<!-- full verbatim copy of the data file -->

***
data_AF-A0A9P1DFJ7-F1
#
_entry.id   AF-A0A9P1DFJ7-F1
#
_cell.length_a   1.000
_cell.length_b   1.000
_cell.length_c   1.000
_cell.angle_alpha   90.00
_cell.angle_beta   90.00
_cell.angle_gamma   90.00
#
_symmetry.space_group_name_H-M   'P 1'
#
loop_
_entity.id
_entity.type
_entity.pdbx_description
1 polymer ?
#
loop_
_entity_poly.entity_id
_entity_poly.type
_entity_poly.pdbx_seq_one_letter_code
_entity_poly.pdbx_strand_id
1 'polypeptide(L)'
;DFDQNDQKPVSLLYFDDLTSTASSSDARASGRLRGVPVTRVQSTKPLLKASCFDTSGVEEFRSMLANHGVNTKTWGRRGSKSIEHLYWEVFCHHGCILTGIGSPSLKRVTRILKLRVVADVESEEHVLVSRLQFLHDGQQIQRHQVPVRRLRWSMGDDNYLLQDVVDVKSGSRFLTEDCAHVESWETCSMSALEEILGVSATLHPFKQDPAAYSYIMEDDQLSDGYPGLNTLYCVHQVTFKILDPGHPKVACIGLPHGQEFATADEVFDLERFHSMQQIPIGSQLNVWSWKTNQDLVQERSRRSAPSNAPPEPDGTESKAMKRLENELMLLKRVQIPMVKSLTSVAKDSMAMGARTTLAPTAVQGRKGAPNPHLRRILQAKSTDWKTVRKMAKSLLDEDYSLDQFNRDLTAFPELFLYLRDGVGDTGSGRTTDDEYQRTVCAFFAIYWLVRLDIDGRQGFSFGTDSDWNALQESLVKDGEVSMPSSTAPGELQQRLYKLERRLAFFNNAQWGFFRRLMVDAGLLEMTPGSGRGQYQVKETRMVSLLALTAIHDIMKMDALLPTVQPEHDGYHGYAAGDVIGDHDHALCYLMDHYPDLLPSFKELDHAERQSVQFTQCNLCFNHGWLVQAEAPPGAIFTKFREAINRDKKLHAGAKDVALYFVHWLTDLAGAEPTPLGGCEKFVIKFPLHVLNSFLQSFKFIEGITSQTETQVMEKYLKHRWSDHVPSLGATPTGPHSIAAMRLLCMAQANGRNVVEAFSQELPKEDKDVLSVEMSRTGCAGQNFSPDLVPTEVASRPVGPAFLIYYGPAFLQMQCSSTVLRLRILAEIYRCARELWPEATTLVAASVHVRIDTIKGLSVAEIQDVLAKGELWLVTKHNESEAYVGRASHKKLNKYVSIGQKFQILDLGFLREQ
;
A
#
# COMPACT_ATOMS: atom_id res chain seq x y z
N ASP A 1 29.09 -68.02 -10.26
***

data_AF-A0A9P1DFJ7-F1
#
_entry.id   AF-A0A9P1DFJ7-F1
#
_cell.length_a   1.000
_cell.length_b   1.000
_cell.length_c   1.000
_cell.angle_alpha   90.00
_cell.angle_beta   90.00
_cell.angle_gamma   90.00
#
_symmetry.space_group_name_H-M   'P 1'
#
loop_
_entity.id
_entity.type
_entity.pdbx_description
1 polymer ?
#
loop_
_entity_poly.entity_id
_entity_poly.type
_entity_poly.pdbx_seq_one_letter_code
_entity_poly.pdbx_strand_id
1 'polypeptide(L)'
;DFDQNDQKPVSLLYFDDLTSTASSSDARASGRLRGVPVTRVQSTKPLLKASCFDTSGVEEFRSMLANHGVNTKTWGRRGSKSIEHLYWEVFCHHGCILTGIGSPSLKRVTRILKLRVVADVESEEHVLVSRLQFLHDGQQIQRHQVPVRRLRWSMGDDNYLLQDVVDVKSGSRFLTEDCAHVESWETCSMSALEEILGVSATLHPFKQDPAAYSYIMEDDQLSDGYPGLNTLYCVHQVTFKILDPGHPKVACIGLPHGQEFATADEVFDLERFHSMQQIPIGSQLNVWSWKTNQDLVQERSRRSAPSNAPPEPDGTESKAMKRLENELMLLKRVQIPMVKSLTSVAKDSMAMGARTTLAPTAVQGRKGAPNPHLRRILQAKSTDWKTVRKMAKSLLDEDYSLDQFNRDLTAFPELFLYLRDGVGDTGSGRTTDDEYQRTVCAFFAIYWLVRLDIDGRQGFSFGTDSDWNALQESLVKDGEVSMPSSTAPGELQQRLYKLERRLAFFNNAQWGFFRRLMVDAGLLEMTPGSGRGQYQVKETRMVSLLALTAIHDIMKMDALLPTVQPEHDGYHGYAAGDVIGDHDHALCYLMDHYPDLLPSFKELDHAERQSVQFTQCNLCFNHGWLVQAEAPPGAIFTKFREAINRDKKLHAGAKDVALYFVHWLTDLAGAEPTPLGGCEKFVIKFPLHVLNSFLQSFKFIEGITSQTETQVMEKYLKHRWSDHVPSLGATPTGPHSIAAMRLLCMAQANGRNVVEAFSQELPKEDKDVLSVEMSRTGCAGQNFSPDLVPTEVASRPVGPAFLIYYGPAFLQMQCSSTVLRLRILAEIYRCARELWPEATTLVAASVHVRIDTIKGLSVAEIQDVLAKGELWLVTKHNESEAYVGRASHKKLNKYVSIGQKFQILDLGFLREQ
;
A
#
# COMPACT_ATOMS: atom_id res chain seq x y z
N ASP A 1 29.09 -68.02 -10.26